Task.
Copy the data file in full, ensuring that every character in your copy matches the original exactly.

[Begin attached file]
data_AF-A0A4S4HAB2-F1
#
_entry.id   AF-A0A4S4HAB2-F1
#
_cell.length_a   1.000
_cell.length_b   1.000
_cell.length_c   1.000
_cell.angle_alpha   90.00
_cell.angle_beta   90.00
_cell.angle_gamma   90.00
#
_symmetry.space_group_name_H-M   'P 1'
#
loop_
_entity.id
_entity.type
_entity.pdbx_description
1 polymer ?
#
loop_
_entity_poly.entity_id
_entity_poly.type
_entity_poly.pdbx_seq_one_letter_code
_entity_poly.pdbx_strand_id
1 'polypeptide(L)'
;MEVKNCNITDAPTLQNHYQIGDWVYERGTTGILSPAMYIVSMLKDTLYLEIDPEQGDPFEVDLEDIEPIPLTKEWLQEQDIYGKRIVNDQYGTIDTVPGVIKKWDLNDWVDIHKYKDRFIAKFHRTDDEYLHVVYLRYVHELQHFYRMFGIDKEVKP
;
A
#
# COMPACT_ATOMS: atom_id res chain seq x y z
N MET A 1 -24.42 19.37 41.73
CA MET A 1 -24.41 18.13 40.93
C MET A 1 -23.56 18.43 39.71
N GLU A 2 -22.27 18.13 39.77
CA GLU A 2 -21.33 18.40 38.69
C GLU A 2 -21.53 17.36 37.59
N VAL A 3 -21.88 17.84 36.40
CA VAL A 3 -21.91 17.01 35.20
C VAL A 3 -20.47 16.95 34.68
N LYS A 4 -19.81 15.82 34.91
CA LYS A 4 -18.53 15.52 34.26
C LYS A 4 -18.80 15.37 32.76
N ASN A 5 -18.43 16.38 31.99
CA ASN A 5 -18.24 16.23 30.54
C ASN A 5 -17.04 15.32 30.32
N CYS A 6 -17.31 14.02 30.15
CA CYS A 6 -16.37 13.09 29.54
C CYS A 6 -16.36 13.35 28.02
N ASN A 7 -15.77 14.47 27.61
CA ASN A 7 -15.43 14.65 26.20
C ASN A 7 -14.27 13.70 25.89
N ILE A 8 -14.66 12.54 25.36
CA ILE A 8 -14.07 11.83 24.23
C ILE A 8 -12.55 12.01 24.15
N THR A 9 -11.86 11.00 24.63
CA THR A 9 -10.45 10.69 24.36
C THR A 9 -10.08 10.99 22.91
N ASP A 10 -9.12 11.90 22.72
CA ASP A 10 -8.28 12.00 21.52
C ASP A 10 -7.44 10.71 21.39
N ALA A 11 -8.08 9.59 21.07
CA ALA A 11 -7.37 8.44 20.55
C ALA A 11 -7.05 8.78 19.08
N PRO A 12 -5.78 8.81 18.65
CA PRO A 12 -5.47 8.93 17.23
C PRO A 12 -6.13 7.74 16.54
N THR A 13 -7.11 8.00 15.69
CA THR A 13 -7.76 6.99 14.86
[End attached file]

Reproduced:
data_AF-A0A4S4HAB2-F1
#
_entry.id   AF-A0A4S4HAB2-F1
#
_cell.length_a   1.000
_cell.length_b   1.000
_cell.length_c   1.000
_cell.angle_alpha   90.00
_cell.angle_beta   90.00
_cell.angle_gamma   90.00
#
_symmetry.space_group_name_H-M   'P 1'
#
loop_
_entity.id
_entity.type
_entity.pdbx_description
1 polymer ?
#
loop_
_entity_poly.entity_id
_entity_poly.type
_entity_poly.pdbx_seq_one_letter_code
_entity_poly.pdbx_strand_id
1 'polypeptide(L)'
;MEVKNCNITDAPTLQNHYQIGDWVYERGTTGILSPAMYIVSMLKDTLYLEIDPEQGDPFEVDLEDIEPIPLTKEWLQEQDIYGKRIVNDQYGTIDTVPGVIKKWDLNDWVDIHKYKDRFIAKFHRTDDEYLHVVYLRYVHELQHFYRMFGIDKEVKP
;
A
#
# COMPACT_ATOMS: atom_id res chain seq x y z
N MET A 1 -24.42 19.37 41.73
CA MET A 1 -24.41 18.13 40.93
C MET A 1 -23.56 18.43 39.71
N GLU A 2 -22.27 18.13 39.77
CA GLU A 2 -21.33 18.40 38.69
C GLU A 2 -21.53 17.36 37.59
N VAL A 3 -21.88 17.84 36.40
CA VAL A 3 -21.91 17.01 35.20
C VAL A 3 -20.47 16.95 34.68
N LYS A 4 -19.81 15.82 34.91
CA LYS A 4 -18.53 15.52 34.26
C LYS A 4 -18.80 15.37 32.76
N ASN A 5 -18.43 16.38 31.99
CA ASN A 5 -18.24 16.23 30.54
C ASN A 5 -17.04 15.32 30.32
N CYS A 6 -17.31 14.02 30.15
CA CYS A 6 -16.37 13.09 29.54
C CYS A 6 -16.36 13.35 28.02
N ASN A 7 -15.77 14.47 27.61
CA ASN A 7 -15.43 14.65 26.20
C ASN A 7 -14.27 13.70 25.89
N ILE A 8 -14.66 12.54 25.36
CA ILE A 8 -14.07 11.83 24.23
C ILE A 8 -12.55 12.01 24.15
N THR A 9 -11.86 11.00 24.63
CA THR A 9 -10.45 10.69 24.36
C THR A 9 -10.08 10.99 22.91
N ASP A 10 -9.12 11.90 22.72
CA ASP A 10 -8.28 12.00 21.52
C ASP A 10 -7.44 10.71 21.39
N ALA A 11 -8.08 9.59 21.07
CA ALA A 11 -7.37 8.44 20.55
C ALA A 11 -7.05 8.78 19.08
N PRO A 12 -5.78 8.81 18.65
CA PRO A 12 -5.47 8.93 17.23
C PRO A 12 -6.13 7.74 16.54
N THR A 13 -7.11 8.00 15.69
CA THR A 13 -7.76 6.99 14.86